Basing on the traditional Duffing oscillator, the dynamic equation applied to the detection of high-frequency weak signal using time-scale transformation can be expressed as follows:

From the analogue circuit implementation, (19) can be expressed as an integral form as

From (20), the damping coefficient ratio, , is set to 0.5, while and are the integral constants. Considering the initial conditions, let and initial values be set to 0 and then .

From the analogue electronic analysis, the integral circuit used to achieve the integrated operation is an inverting integral circuit (Figure 2). According to the characteristics of the ideal op-amp, the relationship of the output voltage and the input voltage is as follows:

Figure 2: Typical inverting integral circuit.

The inverting integral circuit (Figure 2) represents (21), and the derived Duffing equation (20) can be implemented as an integral circuit above, except that the integral coefficient and the circuit structure are different.

The transmitting coil excitation frequency is 2 MHz, equivalent to an angular frequency, , which is the Duffing oscillator circuit frequency designed.

Since the power supply voltage, , of the circuit is limited and the excitation frequency is very high, if the signal is multiplied by (20), the circuit will be saturated instantaneously and the output voltage will be maintained near the power supply voltage. In order to avoid this problem, the design uses the first integral and then takes a factor, so that the circuit can achieve a high-frequency signal detection. The block diagram of the Duffing circuit according to (20) is shown in Figure 3.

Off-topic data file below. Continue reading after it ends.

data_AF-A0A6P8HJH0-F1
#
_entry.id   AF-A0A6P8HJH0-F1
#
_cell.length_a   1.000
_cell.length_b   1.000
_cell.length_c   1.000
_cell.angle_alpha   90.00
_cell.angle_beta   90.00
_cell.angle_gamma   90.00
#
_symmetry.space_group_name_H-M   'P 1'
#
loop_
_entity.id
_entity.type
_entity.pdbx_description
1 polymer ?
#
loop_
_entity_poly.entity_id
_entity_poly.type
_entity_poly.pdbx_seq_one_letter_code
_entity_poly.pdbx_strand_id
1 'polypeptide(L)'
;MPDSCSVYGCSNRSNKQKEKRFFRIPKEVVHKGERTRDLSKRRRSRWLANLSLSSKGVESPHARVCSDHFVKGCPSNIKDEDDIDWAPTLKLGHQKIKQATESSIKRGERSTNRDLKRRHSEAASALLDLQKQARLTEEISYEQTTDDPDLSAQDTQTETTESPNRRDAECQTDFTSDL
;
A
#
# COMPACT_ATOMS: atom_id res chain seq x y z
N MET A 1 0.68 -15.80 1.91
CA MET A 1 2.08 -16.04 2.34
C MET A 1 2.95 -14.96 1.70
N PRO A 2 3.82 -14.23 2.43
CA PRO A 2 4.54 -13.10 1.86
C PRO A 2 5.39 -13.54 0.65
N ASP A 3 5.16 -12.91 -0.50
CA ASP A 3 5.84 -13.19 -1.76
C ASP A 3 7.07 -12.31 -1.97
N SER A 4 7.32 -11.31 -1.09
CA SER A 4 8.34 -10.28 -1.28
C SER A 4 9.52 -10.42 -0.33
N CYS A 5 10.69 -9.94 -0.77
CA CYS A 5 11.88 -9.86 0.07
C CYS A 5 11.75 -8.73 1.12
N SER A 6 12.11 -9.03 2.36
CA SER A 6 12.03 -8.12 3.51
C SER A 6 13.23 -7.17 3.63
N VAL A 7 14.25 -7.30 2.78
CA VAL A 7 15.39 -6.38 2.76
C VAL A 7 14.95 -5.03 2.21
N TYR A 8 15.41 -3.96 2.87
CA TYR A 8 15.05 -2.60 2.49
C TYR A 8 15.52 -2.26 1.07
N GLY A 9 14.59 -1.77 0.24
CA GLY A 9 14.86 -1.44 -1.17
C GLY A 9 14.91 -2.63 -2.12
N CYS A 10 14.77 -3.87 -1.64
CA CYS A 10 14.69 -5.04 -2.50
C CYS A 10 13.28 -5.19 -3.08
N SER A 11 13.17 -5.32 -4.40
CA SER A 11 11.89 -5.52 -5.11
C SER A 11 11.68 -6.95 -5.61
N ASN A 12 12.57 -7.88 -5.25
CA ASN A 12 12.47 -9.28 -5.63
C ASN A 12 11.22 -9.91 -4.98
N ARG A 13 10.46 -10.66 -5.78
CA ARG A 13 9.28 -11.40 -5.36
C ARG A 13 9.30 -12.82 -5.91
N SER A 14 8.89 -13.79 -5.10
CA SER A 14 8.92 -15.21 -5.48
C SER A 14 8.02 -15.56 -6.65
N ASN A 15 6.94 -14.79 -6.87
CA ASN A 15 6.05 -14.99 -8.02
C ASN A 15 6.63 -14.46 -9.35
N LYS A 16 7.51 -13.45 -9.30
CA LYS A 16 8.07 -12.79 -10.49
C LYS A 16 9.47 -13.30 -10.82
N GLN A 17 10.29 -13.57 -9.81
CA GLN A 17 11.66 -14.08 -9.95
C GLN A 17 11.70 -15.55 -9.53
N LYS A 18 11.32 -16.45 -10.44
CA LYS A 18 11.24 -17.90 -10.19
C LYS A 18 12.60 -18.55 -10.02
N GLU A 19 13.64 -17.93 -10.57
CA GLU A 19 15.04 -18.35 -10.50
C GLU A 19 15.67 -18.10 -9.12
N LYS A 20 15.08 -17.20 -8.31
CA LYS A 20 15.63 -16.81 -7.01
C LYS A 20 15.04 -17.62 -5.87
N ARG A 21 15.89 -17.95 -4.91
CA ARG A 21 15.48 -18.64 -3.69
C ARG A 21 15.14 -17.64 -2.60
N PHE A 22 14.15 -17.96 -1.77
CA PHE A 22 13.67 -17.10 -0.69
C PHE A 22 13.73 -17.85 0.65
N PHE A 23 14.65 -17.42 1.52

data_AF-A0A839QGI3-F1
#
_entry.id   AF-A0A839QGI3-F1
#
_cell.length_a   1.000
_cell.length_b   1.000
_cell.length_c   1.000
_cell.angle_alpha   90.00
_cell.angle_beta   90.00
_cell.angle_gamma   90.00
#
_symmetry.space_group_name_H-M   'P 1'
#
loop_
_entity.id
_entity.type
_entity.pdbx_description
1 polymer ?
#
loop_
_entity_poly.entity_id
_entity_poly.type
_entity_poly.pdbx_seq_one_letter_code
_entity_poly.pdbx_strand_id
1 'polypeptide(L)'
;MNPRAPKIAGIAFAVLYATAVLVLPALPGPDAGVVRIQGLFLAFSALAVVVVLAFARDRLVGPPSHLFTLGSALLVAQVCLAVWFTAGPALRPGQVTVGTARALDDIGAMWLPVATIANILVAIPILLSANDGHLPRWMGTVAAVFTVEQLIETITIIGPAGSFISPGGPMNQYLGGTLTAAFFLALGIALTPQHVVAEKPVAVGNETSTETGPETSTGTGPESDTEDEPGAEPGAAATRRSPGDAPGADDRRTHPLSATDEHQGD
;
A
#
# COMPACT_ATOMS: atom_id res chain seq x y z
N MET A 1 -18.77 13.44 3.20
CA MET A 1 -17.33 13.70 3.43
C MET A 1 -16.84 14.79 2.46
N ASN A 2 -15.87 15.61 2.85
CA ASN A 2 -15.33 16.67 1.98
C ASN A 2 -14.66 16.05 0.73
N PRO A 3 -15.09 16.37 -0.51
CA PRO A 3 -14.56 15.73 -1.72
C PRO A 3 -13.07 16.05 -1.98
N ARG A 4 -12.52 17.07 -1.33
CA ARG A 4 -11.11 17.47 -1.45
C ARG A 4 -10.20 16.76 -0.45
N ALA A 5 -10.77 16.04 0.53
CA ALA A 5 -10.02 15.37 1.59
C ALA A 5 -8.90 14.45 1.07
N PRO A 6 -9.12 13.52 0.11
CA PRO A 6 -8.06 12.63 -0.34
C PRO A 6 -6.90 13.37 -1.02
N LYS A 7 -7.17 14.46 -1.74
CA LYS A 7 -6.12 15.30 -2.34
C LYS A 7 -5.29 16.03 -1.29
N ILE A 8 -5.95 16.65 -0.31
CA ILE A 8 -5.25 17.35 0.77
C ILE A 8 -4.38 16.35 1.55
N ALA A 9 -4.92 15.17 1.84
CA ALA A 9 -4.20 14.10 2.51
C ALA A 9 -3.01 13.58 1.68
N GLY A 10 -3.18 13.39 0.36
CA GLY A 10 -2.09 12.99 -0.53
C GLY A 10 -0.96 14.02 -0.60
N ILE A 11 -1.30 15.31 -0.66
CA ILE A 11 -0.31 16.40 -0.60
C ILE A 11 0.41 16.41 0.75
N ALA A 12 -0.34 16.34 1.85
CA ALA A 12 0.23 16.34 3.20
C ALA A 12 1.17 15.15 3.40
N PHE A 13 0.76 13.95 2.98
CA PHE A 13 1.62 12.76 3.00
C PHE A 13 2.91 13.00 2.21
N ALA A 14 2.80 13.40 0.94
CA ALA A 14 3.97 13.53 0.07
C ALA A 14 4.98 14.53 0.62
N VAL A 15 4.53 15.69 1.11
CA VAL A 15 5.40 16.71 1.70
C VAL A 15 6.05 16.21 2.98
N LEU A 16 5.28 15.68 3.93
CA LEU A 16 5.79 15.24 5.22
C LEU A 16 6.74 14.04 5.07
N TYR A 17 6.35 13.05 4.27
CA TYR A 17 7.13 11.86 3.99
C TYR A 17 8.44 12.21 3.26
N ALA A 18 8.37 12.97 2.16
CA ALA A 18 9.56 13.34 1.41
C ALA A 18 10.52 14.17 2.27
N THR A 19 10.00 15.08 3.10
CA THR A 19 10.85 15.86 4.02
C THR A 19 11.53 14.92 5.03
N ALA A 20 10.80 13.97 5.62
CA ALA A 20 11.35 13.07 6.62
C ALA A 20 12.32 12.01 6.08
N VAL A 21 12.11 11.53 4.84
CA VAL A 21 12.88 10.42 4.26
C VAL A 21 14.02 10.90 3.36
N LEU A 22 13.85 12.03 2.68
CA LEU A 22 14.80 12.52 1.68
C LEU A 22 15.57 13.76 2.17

Figure 3: Duffing oscillator circuit block diagram.

The output signal, , is passed through inverting integrator 1 and changes to when passed through inverting amplifier 1. In contrast to (20), the output of inverting amplifier 1 is when . The variable realized by the multiplier changes to when passed through inverting amplifier 3. The output of inverting amplifier 2 is and adder 1 is used to obtain the signal while the output of adder 2 is , denoted as . The output signal changes to when passed through inverting integrator 2 and further changes to after inverting amplifier 4. If this output is compared to (20), the output of inverting amplifier 4 is when . Therefore, the Duffing oscillator equation can be realized by designing the amplifier circuit and later integrating it.

3.5.2. Duffing Oscillator Circuit Design